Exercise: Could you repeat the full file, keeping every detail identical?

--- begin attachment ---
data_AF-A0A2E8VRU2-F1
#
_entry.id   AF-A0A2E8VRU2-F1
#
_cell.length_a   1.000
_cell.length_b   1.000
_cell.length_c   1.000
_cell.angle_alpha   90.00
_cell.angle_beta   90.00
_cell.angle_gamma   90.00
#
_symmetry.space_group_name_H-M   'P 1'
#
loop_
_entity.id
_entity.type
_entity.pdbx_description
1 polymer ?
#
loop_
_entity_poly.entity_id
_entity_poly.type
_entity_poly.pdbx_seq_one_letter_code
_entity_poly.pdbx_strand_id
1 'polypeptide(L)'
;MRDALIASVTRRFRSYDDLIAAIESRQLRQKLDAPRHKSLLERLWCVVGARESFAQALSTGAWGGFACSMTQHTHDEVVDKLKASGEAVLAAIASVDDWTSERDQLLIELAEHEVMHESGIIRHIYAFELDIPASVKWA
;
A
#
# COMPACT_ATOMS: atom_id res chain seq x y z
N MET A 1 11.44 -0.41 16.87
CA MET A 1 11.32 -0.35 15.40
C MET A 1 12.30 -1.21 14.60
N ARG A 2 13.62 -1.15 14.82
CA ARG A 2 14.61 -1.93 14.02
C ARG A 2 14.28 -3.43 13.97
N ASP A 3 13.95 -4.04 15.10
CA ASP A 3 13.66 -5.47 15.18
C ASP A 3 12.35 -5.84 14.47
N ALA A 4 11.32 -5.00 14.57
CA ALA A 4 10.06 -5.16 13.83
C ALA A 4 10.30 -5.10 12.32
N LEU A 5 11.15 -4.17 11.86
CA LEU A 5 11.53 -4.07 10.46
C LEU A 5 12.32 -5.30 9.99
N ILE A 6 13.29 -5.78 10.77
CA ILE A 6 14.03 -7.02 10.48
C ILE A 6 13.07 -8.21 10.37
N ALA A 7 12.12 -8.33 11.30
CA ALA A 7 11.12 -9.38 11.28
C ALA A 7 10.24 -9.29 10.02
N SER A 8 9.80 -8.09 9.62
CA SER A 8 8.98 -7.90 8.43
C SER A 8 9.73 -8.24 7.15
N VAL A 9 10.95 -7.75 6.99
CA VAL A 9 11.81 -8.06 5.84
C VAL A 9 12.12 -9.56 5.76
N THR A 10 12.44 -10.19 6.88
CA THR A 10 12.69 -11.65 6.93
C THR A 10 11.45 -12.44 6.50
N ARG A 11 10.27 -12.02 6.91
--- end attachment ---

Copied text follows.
data_AF-A0A2E8VRU2-F1
#
_entry.id   AF-A0A2E8VRU2-F1
#
_cell.length_a   1.000
_cell.length_b   1.000
_cell.length_c   1.000
_cell.angle_alpha   90.00
_cell.angle_beta   90.00
_cell.angle_gamma   90.00
#
_symmetry.space_group_name_H-M   'P 1'
#
loop_
_entity.id
_entity.type
_entity.pdbx_description
1 polymer ?
#
loop_
_entity_poly.entity_id
_entity_poly.type
_entity_poly.pdbx_seq_one_letter_code
_entity_poly.pdbx_strand_id
1 'polypeptide(L)'
;MRDALIASVTRRFRSYDDLIAAIESRQLRQKLDAPRHKSLLERLWCVVGARESFAQALSTGAWGGFACSMTQHTHDEVVDKLKASGEAVLAAIASVDDWTSERDQLLIELAEHEVMHESGIIRHIYAFELDIPASVKWA
;
A
#
# COMPACT_ATOMS: atom_id res chain seq x y z
N MET A 1 11.44 -0.41 16.87
CA MET A 1 11.32 -0.35 15.40
C MET A 1 12.30 -1.21 14.60
N ARG A 2 13.62 -1.15 14.82
CA ARG A 2 14.61 -1.93 14.02
C ARG A 2 14.28 -3.43 13.97
N ASP A 3 13.95 -4.04 15.10
CA ASP A 3 13.66 -5.47 15.18
C ASP A 3 12.35 -5.84 14.47
N ALA A 4 11.32 -5.00 14.57
CA ALA A 4 10.06 -5.16 13.83
C ALA A 4 10.30 -5.10 12.32
N LEU A 5 11.15 -4.17 11.86
CA LEU A 5 11.53 -4.07 10.46
C LEU A 5 12.32 -5.30 9.99
N ILE A 6 13.29 -5.78 10.77
CA ILE A 6 14.03 -7.02 10.48
C ILE A 6 13.07 -8.21 10.37
N ALA A 7 12.12 -8.33 11.30
CA ALA A 7 11.12 -9.38 11.28
C ALA A 7 10.24 -9.29 10.02
N SER A 8 9.80 -8.09 9.62
CA SER A 8 8.98 -7.90 8.43
C SER A 8 9.73 -8.24 7.15
N VAL A 9 10.95 -7.75 6.99
CA VAL A 9 11.81 -8.06 5.84
C VAL A 9 12.12 -9.56 5.76
N THR A 10 12.44 -10.19 6.88
CA THR A 10 12.69 -11.65 6.93
C THR A 10 11.45 -12.44 6.50
N ARG A 11 10.27 -12.02 6.91